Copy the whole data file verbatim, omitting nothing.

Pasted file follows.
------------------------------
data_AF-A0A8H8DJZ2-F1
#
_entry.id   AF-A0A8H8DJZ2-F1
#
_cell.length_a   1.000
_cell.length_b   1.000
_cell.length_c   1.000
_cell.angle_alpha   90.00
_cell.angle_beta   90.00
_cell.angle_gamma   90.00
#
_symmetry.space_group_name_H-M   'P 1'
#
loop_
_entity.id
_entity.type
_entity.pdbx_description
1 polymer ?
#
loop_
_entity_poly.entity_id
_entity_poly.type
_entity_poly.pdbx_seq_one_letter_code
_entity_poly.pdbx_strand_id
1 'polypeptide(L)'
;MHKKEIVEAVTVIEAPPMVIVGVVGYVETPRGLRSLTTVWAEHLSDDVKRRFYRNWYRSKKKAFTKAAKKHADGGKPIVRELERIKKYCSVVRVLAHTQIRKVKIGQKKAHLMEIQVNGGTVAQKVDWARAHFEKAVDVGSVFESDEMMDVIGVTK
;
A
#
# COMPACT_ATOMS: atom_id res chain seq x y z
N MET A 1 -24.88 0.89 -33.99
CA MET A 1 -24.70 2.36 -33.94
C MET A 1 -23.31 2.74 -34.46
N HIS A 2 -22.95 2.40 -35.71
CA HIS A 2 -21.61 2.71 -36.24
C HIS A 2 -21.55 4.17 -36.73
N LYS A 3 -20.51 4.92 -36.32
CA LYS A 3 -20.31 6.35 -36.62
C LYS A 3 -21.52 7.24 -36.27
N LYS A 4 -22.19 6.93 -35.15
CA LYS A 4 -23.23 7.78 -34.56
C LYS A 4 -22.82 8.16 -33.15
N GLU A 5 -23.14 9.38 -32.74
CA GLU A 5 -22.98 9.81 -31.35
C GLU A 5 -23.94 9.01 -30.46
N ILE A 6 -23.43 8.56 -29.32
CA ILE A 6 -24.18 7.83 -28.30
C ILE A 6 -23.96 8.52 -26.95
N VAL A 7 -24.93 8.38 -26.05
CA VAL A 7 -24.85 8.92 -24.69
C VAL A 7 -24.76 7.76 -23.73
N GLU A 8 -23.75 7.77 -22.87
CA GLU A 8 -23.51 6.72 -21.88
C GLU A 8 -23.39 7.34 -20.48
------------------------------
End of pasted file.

data_AF-A0A8H8DJZ2-F1
#
_entry.id   AF-A0A8H8DJZ2-F1
#
_cell.length_a   1.000
_cell.length_b   1.000
_cell.length_c   1.000
_cell.angle_alpha   90.00
_cell.angle_beta   90.00
_cell.angle_gamma   90.00
#
_symmetry.space_group_name_H-M   'P 1'
#
loop_
_entity.id
_entity.type
_entity.pdbx_description
1 polymer ?
#
loop_
_entity_poly.entity_id
_entity_poly.type
_entity_poly.pdbx_seq_one_letter_code
_entity_poly.pdbx_strand_id
1 'polypeptide(L)'
;MHKKEIVEAVTVIEAPPMVIVGVVGYVETPRGLRSLTTVWAEHLSDDVKRRFYRNWYRSKKKAFTKAAKKHADGGKPIVRELERIKKYCSVVRVLAHTQIRKVKIGQKKAHLMEIQVNGGTVAQKVDWARAHFEKAVDVGSVFESDEMMDVIGVTK
;
A
#
# COMPACT_ATOMS: atom_id res chain seq x y z
N MET A 1 -24.88 0.89 -33.99
CA MET A 1 -24.70 2.36 -33.94
C MET A 1 -23.31 2.74 -34.46
N HIS A 2 -22.95 2.40 -35.71
CA HIS A 2 -21.61 2.71 -36.24
C HIS A 2 -21.55 4.17 -36.73
N LYS A 3 -20.51 4.92 -36.32
CA LYS A 3 -20.31 6.35 -36.62
C LYS A 3 -21.52 7.24 -36.27
N LYS A 4 -22.19 6.93 -35.15
CA LYS A 4 -23.23 7.78 -34.56
C LYS A 4 -22.82 8.16 -33.15
N GLU A 5 -23.14 9.38 -32.74
CA GLU A 5 -22.98 9.81 -31.35
C GLU A 5 -23.94 9.01 -30.46
N ILE A 6 -23.43 8.56 -29.32
CA ILE A 6 -24.18 7.83 -28.30
C ILE A 6 -23.96 8.52 -26.95
N VAL A 7 -24.93 8.38 -26.05
CA VAL A 7 -24.85 8.92 -24.69
C VAL A 7 -24.76 7.76 -23.73
N GLU A 8 -23.75 7.77 -22.87
CA GLU A 8 -23.51 6.72 -21.88
C GLU A 8 -23.39 7.34 -20.48